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Gearing Up for Federal Action on PFAS

Posted by Jenn Collins on May 10, 2021


A hot-button topic among scientific researchers and regulators is per- and polyfluoroalkyl substances (PFAS). Once considered a miracle of modern chemistry, PFAS can be found in food packaging, commercial household products (including stain- and water-repellent fabrics, nonstick products, polishes, waxes, paints, cleaning products and fire-fighting foams), and industrial equipment. PFAS are now widely referred to as ‘forever chemicals’ since they are extremely persistent in the environment and are capable of accumulation over time. The concern for adverse ecological and human health effects has strengthened the focus on PFAS.

The most comprehensively studied PFAS chemicals are perfluorooctanoic acid (PFOA) and perfluorooctane sulfonate (PFOS), which have been voluntarily phased out by industry but are still persistent in the environment from decades of widespread use. GenX chemicals and perfluorobutane sulfonic acid (PFBS) have become the primary replacement PFAS materials.

No doubt, 2021 will be a landmark year for regulatory movement on PFAS issues, as the Biden Administration makes progress on environmental campaign promises to address PFAS. So far this year, the US  EPA has taken the following actions:

  • Issued the final revised regulatory determination for PFOA and PFOS, which is the first step to developing national primary drinking water standards;
  • Proposed a requirement for public water systems to collect occurrence data for 29 types of PFAS chemicals from 2023 and 2025 as part of a priority setting for the fifth unregulated contaminant monitoring rule;
  • Advanced research on a multi-industry study on PFAS in wastewater discharges;
  • Issued an advance notice of proposed rulemaking for PFAS wastewater discharges to manufacturers and formulators to solicit information for future rulemaking under the Clean Water Act;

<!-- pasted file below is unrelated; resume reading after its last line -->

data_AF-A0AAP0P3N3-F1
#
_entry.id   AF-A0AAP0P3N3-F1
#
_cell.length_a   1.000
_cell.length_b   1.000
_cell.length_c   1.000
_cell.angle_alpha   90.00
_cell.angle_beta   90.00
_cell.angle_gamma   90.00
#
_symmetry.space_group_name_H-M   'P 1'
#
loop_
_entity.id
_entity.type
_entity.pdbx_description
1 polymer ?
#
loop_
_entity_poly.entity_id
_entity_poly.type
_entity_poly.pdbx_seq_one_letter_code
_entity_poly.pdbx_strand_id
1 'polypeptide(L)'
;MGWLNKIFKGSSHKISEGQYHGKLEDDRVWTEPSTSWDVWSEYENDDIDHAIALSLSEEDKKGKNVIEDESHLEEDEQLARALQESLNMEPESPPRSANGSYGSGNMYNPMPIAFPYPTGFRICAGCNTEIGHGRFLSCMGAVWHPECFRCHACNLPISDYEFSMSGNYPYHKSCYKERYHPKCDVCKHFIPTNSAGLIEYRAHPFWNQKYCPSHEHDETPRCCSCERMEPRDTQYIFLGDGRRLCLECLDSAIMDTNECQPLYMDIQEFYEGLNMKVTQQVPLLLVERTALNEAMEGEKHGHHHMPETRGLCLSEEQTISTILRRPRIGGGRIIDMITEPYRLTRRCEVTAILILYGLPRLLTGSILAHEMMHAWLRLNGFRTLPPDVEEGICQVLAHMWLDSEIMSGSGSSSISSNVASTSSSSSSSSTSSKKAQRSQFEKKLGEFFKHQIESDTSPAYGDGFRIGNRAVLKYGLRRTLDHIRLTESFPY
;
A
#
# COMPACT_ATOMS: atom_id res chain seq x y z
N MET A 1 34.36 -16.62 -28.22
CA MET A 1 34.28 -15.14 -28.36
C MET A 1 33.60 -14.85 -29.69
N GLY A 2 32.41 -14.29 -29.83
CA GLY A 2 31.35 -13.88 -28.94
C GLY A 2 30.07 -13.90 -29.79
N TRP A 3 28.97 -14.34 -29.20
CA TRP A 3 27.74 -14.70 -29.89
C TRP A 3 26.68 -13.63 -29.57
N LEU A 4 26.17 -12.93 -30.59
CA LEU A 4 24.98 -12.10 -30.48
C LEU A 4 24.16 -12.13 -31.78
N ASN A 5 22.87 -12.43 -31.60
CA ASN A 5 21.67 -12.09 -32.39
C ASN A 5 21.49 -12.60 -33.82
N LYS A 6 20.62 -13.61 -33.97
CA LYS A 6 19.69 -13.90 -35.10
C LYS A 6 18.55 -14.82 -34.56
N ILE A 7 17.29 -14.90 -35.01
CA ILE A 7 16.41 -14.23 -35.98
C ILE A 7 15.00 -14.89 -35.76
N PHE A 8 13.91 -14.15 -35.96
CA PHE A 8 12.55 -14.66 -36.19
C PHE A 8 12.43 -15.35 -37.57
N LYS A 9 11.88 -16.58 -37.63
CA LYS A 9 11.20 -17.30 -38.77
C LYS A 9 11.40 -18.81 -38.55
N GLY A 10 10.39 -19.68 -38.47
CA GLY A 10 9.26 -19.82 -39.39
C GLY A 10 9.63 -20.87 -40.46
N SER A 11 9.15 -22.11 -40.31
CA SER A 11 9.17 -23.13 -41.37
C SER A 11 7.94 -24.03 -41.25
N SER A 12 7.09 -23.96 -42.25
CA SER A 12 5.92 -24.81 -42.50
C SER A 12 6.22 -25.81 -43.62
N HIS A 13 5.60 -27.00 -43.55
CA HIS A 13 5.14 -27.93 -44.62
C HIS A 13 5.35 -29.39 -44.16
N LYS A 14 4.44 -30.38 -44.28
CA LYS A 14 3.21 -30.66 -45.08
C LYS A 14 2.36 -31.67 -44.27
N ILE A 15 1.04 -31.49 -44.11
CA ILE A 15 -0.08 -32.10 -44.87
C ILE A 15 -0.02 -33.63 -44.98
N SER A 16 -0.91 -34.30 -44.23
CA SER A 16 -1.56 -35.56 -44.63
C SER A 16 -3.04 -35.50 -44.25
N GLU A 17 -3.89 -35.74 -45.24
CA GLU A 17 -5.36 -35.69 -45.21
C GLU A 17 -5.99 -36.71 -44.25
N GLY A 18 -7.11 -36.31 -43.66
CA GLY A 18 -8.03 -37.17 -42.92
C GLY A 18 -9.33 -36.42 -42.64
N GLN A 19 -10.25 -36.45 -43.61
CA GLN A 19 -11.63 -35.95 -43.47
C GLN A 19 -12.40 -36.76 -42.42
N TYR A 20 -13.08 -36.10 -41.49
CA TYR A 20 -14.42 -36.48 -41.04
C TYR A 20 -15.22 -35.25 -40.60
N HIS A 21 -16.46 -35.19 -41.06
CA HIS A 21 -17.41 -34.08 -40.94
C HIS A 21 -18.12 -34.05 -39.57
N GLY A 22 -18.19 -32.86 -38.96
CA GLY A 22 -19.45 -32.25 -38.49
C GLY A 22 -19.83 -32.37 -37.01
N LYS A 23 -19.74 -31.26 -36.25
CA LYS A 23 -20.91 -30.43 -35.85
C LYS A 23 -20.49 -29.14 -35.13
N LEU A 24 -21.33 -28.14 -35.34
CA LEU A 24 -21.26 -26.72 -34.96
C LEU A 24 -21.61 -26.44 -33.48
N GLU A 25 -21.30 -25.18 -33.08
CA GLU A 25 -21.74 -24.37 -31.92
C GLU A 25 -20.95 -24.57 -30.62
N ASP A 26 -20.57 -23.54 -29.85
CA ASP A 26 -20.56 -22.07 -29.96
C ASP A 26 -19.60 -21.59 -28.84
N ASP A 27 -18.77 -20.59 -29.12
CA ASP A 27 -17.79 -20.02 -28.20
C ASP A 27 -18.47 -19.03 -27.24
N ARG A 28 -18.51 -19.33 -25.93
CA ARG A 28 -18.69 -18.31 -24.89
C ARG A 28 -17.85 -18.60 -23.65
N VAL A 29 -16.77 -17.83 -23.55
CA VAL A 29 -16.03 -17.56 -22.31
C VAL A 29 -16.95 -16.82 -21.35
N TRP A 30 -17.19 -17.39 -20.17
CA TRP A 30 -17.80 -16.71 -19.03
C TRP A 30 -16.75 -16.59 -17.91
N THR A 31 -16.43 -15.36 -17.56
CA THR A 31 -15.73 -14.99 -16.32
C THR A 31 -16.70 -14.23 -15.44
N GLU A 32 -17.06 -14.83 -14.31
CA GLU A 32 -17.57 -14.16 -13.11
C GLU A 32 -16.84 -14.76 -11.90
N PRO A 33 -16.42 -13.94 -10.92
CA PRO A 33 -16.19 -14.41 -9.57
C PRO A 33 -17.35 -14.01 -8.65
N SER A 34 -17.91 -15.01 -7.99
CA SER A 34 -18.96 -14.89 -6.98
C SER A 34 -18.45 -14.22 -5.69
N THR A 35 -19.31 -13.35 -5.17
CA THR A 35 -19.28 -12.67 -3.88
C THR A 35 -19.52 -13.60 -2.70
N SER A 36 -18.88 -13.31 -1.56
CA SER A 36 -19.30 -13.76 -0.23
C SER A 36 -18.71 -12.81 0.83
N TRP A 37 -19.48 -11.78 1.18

• Released the updated PFBS toxicity assessment with developed reference doses, which provides a critical part of the scientific foundation for risk assessment.

Simultaneously, the bipartisan bill PFAS Action Act of 2021 was introduced to the U.S. House of Representatives on April 13, 2021.  If enacted, this bill would entail the following regulations:

  • Require drinking water standards for PFOA and PFOS be set within two years;
  • Designate PFOA and PFOS as hazardous substances and hazardous air pollutants, and determine future designation of other PFAS chemicals;
  • Require testing of PFAS for toxicity to human health under TSCA;
  • Prohibit unsafe incineration of PFAS waste;
  • Set a moratorium on introduction of new PFAS into commerce.

As recently as April 27, 2021, EPA Administrator Michael Regan issued a PFAS memo calling for the establishment of the EPA Council on PFAS (ECP) which will be charged with developing a strategy to deliver critical public health protections and providing initial recommendations within 100 days of the council establishment.

Waterborne scientists and engineers are following the regulatory developments on PFAS closely while developing potential solutions for modeling exposure concentrations to further inform regulatory decisions.